Cleantech stock Zeotech has progressed its IP protection strategy by filing PCT for its patent over its unique process developed by the University of Queensland’s School of Chemical Engineering to produce synthetic zeolite from lithium by-products.

It comes after early commercial interest for the process as the lithium refining industry grows on the back of the EV and battery revolution.

As lithium battery demand grows its anticipated that the lithium refinery sector will produce significant amounts of lithium process by-product.  The process of converting spodumene

concentrates to lithium hydroxide requires about 7 tonnes of concentrate feed to produce 1 tonne of lithium hydroxide, with the balance by-product tailings

Zeotech’s (ASX:ZEO) has filed for a patent under the Patent Cooperation Treaty, which would protect the technology in 150 countries around the world, and follows positive news earlier this month on the PCT application for its core proprietary technology.

Earlier this month Zeotech received word that its patent application over its process to develop synthetic zeolite from aluminosilicates (such as kaolin), mine/process tailings was progressing to the National Phase of the patent application process.

The International Preliminary Report on Patentability, for Zeotech’s core technology was extremely promising, with the International Preliminary Examination Authority examiner expressing a view that all 26 claims in the PCT application forming the company’s core proprietary technology were both novel and inventive.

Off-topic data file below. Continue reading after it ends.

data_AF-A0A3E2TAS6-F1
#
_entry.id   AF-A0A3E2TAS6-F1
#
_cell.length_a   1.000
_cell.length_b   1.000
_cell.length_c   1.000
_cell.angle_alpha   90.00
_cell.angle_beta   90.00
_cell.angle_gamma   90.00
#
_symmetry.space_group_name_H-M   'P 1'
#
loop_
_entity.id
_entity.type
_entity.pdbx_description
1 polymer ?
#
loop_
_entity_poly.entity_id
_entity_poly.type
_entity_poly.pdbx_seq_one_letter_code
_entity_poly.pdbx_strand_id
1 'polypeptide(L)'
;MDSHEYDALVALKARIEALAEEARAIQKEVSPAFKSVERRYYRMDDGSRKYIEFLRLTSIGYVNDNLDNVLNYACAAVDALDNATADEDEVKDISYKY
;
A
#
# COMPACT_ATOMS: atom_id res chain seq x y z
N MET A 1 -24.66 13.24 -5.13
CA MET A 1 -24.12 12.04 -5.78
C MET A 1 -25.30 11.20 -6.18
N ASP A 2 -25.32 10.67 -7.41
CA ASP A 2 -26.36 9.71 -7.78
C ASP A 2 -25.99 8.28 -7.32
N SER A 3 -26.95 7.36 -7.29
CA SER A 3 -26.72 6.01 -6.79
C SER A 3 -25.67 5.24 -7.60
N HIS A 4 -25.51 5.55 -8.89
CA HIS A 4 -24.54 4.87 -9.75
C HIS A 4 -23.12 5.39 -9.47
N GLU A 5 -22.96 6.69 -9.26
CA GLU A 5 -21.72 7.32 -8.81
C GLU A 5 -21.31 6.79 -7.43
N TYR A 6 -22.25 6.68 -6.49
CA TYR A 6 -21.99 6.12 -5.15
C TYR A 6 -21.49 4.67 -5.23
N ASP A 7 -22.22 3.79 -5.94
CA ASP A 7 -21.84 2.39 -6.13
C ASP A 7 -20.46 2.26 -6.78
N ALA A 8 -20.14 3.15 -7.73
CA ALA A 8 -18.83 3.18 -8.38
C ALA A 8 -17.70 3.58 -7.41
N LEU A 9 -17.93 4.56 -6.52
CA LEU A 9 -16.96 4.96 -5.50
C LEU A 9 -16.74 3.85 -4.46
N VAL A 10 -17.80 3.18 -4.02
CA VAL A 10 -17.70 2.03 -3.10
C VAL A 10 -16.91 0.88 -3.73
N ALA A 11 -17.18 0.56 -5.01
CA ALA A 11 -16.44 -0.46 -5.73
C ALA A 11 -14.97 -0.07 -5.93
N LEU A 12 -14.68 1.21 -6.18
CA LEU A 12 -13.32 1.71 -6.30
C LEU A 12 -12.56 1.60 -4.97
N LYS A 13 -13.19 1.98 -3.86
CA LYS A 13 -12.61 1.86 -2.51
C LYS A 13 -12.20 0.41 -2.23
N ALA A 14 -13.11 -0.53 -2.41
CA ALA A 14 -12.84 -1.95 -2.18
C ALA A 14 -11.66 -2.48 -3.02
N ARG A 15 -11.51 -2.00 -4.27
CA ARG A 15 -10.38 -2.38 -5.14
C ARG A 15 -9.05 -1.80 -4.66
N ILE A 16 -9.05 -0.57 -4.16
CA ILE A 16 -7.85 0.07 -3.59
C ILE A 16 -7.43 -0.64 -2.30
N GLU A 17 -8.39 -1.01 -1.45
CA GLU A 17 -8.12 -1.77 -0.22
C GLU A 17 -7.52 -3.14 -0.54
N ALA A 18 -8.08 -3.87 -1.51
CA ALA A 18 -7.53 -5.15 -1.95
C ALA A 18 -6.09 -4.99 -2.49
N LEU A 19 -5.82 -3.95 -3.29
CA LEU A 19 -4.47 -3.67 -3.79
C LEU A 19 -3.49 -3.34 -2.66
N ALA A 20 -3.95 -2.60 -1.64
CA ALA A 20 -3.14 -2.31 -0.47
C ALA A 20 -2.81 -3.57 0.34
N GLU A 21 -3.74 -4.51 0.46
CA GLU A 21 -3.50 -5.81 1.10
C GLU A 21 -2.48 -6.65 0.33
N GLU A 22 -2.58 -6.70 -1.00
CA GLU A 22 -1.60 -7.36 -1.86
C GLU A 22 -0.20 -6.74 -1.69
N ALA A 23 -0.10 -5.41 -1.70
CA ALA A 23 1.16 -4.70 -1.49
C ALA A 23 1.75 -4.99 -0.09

The lithium by-product processing patent is an extension of Zeotech’s core technology and would provide another business opportunity on top of this core tech, enhancing its proposition as an emerging cleantech play.

“Zeotech is developing a world’s first process for the low-cost manufacture of synthetic zeolites and values the dedication and support of the team at The University of Queensland’s School of Chemical Engineering, throughout the development of the company’s proprietary technology,” Zeotech managing director Peter Zardo said.

“The filing of PCT specific to utilising lithium process by-product as a feedstock to produce synthetic zeolites, enhances Zeotech’s IP position and cleantech proposition.”


Zeolites a key clean technology

UQ is currently undertaking bench-scale optimisation of two separate leached spodumene samples from large lithium refinery participants as part of the dual-feed pilot program.

Zeotech is targeting the global market for molecular sieve synthetic zeolites (which represents a $1.5 billion pa market), aiming to use the UQ process to manufacture the product at low cost.

The zeolites are manufactured aluminosilicate minerals with a sponge-like structure; essentially molecular sieves with tiny pores that make them useful as catalysts or ultrafine filters.

Zeolites act almost like a magnet that can hold heavy metals, ammonia, low level radioactive elements, toxins, petrochemicals, and gases – which presents a commercial environmental management solution.

This article was developed in collaboration with Zeotech, a Stockhead advertiser at the time of publishing.

This article does not constitute financial product advice. You should consider obtaining independent advice before making any financial decisions.